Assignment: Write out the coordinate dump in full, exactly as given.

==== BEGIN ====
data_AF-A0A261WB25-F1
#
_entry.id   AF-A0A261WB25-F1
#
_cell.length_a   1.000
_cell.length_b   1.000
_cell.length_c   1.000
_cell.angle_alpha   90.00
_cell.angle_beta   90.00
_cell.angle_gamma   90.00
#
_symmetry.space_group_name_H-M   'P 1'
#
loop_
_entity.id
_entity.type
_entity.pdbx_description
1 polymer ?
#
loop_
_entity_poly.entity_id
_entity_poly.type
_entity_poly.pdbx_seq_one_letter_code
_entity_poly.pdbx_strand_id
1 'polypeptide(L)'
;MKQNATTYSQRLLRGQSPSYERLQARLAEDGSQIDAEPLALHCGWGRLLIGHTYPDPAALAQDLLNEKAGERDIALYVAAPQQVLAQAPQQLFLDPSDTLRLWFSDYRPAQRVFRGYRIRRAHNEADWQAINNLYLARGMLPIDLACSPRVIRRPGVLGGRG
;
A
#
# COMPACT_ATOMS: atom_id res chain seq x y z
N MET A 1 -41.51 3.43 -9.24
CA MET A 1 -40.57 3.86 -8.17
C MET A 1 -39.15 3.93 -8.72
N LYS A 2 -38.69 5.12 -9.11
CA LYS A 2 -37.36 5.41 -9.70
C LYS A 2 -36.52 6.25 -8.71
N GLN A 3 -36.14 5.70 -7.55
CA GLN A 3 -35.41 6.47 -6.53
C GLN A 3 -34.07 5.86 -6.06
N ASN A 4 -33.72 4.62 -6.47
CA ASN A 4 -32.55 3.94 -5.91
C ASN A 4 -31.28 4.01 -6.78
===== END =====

data_AF-A0A261WB25-F1
#
_entry.id   AF-A0A261WB25-F1
#
_cell.length_a   1.000
_cell.length_b   1.000
_cell.length_c   1.000
_cell.angle_alpha   90.00
_cell.angle_beta   90.00
_cell.angle_gamma   90.00
#
_symmetry.space_group_name_H-M   'P 1'
#
loop_
_entity.id
_entity.type
_entity.pdbx_description
1 polymer ?
#
loop_
_entity_poly.entity_id
_entity_poly.type
_entity_poly.pdbx_seq_one_letter_code
_entity_poly.pdbx_strand_id
1 'polypeptide(L)'
;MKQNATTYSQRLLRGQSPSYERLQARLAEDGSQIDAEPLALHCGWGRLLIGHTYPDPAALAQDLLNEKAGERDIALYVAAPQQVLAQAPQQLFLDPSDTLRLWFSDYRPAQRVFRGYRIRRAHNEADWQAINNLYLARGMLPIDLACSPRVIRRPGVLGGRG
;
A
#
# COMPACT_ATOMS: atom_id res chain seq x y z
N MET A 1 -41.51 3.43 -9.24
CA MET A 1 -40.57 3.86 -8.17
C MET A 1 -39.15 3.93 -8.72
N LYS A 2 -38.69 5.12 -9.11
CA LYS A 2 -37.36 5.41 -9.70
C LYS A 2 -36.52 6.25 -8.71
N GLN A 3 -36.14 5.70 -7.55
CA GLN A 3 -35.41 6.47 -6.53
C GLN A 3 -34.07 5.86 -6.06
N ASN A 4 -33.72 4.62 -6.47
CA ASN A 4 -32.55 3.94 -5.91
C ASN A 4 -31.28 4.01 -6.78